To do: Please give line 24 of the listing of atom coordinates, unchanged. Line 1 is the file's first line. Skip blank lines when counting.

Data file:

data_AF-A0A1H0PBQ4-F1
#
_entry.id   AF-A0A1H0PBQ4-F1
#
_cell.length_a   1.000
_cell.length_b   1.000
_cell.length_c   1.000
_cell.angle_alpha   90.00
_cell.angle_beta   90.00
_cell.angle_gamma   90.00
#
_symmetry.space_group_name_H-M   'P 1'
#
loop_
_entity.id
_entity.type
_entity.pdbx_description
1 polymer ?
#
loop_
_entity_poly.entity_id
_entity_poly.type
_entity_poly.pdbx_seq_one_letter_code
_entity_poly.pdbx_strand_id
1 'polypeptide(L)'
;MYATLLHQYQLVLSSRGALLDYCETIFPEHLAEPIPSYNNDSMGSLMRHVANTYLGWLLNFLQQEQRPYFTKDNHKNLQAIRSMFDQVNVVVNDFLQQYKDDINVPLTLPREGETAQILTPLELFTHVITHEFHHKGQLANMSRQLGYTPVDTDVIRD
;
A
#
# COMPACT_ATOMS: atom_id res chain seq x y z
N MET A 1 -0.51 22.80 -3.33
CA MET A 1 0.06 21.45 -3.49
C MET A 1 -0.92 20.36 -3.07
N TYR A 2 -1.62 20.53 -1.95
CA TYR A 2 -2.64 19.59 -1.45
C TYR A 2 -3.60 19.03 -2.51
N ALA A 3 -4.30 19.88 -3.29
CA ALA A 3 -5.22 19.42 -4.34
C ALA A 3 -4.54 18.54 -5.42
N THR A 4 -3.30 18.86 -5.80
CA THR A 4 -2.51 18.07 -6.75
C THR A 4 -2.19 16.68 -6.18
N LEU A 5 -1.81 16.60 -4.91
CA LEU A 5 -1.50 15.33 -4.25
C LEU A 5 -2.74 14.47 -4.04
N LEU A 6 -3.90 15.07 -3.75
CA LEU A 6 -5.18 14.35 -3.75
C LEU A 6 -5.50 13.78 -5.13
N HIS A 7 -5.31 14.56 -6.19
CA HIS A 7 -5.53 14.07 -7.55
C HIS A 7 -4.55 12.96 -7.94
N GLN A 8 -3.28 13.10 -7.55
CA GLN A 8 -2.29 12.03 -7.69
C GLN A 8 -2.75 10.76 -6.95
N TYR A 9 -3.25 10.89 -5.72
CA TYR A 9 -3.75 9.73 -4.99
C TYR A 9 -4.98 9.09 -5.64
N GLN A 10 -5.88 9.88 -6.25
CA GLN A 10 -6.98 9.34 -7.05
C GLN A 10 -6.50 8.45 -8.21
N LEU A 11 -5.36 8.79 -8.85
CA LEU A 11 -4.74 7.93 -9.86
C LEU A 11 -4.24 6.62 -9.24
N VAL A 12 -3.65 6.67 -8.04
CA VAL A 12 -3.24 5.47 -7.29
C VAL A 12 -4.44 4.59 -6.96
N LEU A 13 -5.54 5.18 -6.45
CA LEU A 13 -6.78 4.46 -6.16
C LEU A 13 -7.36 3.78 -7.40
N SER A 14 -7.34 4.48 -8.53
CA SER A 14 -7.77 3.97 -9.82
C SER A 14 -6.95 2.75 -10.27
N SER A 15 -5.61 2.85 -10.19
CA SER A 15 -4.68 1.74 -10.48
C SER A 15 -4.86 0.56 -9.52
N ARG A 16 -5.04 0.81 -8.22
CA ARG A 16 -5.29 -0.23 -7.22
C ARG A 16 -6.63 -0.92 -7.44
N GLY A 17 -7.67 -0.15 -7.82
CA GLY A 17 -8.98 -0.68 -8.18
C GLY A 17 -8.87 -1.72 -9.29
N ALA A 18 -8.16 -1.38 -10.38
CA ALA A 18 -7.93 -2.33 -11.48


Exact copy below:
_entity_poly.pdbx_strand_id